SME Banking

    Business banking services to SMEs will be a key revenue growth driver for digital challenger banks. SMEs are more willing to pay fees for banking services and represent larger wallets to capture than their retail counterparts due to their higher cash flows and deposit volumes. What’s more, around a quarter of UK SMEs are considering switching to a challenger bank or fintech in 2023.

    SMEs have long been neglected by incumbent banks as they are not as profitable to serve as larger commercial clients. Resultingly, SMEs want lower fees, more flexible products, and better digital servicing. An SME can range from a one-man band to 200-strong organisation – and the different types of businesses require tailored offerings.

    Digital challenger banks can leverage their operational Agility and easy-to-use mobile apps to meet SMEs’ demands for greater flexibility and an enhanced digital experience.

    Already profitable Starling Bank has benefited from its strategy of targeting SMEs and says it will quadruple its profits this year thanks to the growth of its small business accounts. Given that the majority (80%) of UK SMEs use a high street bank, SMEs represent a relatively untapped opportunity for challenger banks to steal market share from incumbents.

    Monthly Subscriptions

    Subscription fees from a “freemium” model will bring in recurring monthly revenues and help digital challenger banks change course from offering largely fee-free products. Basic account services can remain free for customers and value-add services can be moved over the paid tiers of subscription.

    Monzo quadrupled its subscription revenues to £11 million year over year in FY 2022. Additional features deemed worth paying for by its customers include phone and worldwide travel insurance and fee-free withdrawals abroad.

    Turn existing customers into primary customers

    Digital challenger banks will focus on building trust and enhancing their mobile app experience to convert their customers into primary customers. Primary customers hold multiple products with their bank, are more loyal, and also more likely to recommend their bank. Incumbent banks hold a trust advantage over their digital challenger counterparts which partially explains why UK banking customers opt to conduct primary banking activities with the more established names.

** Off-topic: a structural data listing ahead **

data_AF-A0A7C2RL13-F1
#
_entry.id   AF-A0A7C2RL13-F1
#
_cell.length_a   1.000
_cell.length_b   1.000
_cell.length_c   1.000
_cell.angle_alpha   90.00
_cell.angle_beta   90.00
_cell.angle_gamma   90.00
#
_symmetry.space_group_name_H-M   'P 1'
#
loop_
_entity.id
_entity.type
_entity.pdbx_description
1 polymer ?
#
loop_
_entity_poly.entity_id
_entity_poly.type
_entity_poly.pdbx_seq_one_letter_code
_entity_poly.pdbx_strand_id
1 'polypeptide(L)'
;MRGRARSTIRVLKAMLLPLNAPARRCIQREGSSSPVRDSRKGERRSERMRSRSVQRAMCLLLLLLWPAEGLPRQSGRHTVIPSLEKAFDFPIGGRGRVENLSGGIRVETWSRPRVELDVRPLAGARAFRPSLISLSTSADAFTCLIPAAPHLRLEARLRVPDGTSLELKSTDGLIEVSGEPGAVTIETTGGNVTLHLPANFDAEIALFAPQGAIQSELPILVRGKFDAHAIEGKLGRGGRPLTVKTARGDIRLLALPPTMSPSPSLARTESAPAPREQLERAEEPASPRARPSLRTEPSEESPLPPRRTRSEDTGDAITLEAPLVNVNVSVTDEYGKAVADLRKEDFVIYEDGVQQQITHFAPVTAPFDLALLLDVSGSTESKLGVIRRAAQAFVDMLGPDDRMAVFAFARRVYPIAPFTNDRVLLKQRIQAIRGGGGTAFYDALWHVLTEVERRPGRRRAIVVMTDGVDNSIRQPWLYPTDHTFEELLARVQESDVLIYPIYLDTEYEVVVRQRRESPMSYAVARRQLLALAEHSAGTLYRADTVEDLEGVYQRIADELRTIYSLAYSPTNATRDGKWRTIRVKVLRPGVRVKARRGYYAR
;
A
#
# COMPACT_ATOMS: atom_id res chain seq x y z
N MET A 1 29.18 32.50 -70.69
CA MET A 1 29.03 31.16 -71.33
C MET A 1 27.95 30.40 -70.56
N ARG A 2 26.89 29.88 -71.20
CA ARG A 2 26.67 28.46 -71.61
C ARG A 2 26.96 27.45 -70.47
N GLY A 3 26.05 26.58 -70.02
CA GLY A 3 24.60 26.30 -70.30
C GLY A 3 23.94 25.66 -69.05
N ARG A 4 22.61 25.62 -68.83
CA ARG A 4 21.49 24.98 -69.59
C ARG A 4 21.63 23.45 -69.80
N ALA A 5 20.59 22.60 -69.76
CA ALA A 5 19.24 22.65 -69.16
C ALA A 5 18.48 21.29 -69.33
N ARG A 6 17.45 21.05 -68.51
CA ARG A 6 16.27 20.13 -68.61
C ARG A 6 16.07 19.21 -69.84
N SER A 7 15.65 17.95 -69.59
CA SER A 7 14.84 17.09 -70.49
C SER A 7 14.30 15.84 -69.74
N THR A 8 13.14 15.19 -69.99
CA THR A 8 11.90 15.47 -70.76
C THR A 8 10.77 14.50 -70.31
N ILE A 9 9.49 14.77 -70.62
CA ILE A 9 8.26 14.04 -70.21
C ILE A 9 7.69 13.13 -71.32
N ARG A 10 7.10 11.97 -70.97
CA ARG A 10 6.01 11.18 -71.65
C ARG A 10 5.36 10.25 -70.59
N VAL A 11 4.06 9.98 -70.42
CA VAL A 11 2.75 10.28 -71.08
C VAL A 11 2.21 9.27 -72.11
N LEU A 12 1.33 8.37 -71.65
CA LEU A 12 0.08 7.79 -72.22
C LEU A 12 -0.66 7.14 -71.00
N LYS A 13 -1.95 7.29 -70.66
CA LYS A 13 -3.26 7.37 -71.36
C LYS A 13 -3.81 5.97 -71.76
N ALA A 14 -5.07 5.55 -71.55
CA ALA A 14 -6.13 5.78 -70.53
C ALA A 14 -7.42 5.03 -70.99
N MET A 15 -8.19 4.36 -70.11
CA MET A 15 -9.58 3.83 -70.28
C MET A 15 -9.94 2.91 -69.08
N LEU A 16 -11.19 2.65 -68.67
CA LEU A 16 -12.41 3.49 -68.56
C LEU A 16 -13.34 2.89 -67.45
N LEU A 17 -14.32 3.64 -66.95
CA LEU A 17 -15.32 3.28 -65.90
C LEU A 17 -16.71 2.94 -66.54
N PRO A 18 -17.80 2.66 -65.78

Digital challenger banks can kill two birds with one stone by supporting highly in-demand security-related features. According to Insider Intelligence’s 2022 UK mobile banking study, the ability to hold a debit card and receive alerts for unusual account activity are two of the most valued features among UK customers. Supporting security-related features will give customers peace of mind that their money and financial data is well-protected.

    Digital challenger banks must prove to investors that they can achieve profitable growth to still raise capital. Inflation is also driving up the cost of doing business, making it all the more pressing for digital challenger banks to compete for the smaller pie of available funding. We expect the digital challenger bank sector to contract. Yet surviving players will thrive and emerge as more credible competitors to incumbent banks.

    Digital challenger banks will pivot towards more profitable strategies, such as lending, taking SME market share, earning repeat fees from subscriptions, and converting customers into primary customers.

    Want to know more?